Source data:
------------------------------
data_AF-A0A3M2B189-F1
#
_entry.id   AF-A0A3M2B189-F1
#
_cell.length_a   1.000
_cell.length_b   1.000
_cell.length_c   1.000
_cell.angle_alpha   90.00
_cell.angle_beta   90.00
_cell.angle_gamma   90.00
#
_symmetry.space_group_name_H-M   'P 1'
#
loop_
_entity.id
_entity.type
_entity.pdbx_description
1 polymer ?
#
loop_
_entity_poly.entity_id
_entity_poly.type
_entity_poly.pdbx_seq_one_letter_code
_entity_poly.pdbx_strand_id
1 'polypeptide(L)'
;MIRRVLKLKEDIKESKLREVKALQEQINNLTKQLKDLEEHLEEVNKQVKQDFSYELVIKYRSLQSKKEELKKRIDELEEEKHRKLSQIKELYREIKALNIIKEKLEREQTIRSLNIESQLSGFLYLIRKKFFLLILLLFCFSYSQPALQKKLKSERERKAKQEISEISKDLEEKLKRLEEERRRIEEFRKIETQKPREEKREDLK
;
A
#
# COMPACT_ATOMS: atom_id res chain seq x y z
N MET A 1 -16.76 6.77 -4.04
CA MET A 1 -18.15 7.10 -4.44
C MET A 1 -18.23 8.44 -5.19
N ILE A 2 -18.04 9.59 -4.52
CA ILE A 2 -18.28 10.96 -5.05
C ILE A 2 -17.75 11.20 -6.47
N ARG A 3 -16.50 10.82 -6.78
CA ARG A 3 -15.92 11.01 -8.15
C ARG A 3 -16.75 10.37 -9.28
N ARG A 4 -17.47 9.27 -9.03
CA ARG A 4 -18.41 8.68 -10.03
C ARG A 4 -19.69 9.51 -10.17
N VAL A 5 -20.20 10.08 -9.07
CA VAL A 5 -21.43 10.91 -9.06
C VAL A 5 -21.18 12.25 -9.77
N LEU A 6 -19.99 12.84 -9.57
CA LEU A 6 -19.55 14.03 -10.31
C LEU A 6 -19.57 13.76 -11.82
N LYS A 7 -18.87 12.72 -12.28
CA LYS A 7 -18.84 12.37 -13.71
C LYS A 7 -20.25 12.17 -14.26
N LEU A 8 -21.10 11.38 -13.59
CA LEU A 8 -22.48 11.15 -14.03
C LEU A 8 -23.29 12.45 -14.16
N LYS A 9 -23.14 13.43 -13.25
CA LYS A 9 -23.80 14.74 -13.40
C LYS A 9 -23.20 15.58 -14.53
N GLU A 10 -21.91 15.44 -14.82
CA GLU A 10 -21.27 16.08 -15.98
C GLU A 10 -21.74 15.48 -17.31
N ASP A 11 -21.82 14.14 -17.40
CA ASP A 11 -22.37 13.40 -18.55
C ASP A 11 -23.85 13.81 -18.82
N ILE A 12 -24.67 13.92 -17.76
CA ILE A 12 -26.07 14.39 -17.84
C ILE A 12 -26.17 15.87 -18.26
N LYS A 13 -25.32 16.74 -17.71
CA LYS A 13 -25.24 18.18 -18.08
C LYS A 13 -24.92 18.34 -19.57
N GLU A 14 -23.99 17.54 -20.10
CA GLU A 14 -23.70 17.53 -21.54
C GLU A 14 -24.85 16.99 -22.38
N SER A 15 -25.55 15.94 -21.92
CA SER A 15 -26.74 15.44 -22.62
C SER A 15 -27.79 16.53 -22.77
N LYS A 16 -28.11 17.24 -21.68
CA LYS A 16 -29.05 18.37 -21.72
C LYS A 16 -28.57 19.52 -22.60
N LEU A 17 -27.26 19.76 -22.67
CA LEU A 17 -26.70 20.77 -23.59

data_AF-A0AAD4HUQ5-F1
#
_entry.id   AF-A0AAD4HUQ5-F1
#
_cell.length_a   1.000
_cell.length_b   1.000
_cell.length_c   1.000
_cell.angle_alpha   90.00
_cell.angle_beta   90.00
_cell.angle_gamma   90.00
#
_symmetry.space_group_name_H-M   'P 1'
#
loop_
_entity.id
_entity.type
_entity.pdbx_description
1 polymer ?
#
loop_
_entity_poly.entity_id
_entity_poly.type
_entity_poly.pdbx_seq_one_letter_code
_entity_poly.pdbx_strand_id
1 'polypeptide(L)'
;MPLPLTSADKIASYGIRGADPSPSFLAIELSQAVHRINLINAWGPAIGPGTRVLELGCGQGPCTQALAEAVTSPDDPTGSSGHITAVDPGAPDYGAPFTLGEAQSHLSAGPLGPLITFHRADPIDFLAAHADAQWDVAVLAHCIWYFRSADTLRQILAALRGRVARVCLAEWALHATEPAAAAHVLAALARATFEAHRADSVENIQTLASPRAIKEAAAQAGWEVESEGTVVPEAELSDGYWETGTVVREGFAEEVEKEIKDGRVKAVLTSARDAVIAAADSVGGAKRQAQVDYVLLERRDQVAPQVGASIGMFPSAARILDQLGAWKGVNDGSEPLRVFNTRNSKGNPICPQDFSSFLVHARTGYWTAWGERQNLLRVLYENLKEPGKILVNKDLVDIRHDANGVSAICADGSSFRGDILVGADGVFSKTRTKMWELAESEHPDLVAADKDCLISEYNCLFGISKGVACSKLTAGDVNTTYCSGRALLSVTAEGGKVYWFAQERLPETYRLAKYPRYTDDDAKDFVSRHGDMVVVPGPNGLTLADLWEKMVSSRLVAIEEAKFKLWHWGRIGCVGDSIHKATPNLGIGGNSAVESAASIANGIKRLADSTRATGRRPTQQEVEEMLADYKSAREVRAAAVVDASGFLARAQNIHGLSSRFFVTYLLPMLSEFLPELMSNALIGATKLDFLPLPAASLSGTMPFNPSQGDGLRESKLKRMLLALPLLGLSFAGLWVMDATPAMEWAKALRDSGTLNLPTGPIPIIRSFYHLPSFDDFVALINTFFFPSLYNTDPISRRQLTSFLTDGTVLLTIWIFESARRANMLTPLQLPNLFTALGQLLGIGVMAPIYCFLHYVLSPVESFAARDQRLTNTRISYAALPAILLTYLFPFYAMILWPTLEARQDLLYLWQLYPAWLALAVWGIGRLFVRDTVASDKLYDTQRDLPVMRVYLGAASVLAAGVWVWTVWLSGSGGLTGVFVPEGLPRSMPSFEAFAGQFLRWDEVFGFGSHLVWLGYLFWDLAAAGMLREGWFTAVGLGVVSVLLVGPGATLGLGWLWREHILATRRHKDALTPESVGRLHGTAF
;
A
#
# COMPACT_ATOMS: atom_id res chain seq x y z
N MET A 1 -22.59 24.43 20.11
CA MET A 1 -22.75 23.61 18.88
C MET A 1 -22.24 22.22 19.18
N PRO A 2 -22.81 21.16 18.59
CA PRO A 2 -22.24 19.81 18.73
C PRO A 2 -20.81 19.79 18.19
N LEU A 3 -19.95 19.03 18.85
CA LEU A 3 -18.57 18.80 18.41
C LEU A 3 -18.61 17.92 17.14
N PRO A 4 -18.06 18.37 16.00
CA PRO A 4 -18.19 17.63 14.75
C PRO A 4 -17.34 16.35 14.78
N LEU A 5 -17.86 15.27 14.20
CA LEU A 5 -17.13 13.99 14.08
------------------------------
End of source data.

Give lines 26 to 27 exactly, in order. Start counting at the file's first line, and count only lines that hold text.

;MIRRVLKLKEDIKESKLREVKALQEQINNLTKQLKDLEEHLEEVNKQVKQDFSYELVIKYRSLQSKKEELKKRIDELEEEKHRKLSQIKELYREIKALNIIKEKLEREQTIRSLNIESQLSGFLYLIRKKFFLLILLLFCFSYSQPALQKKLKSERERKAKQEISEISKDLEEKLKRLEEERRRIEEFRKIETQKPREEKREDLK
;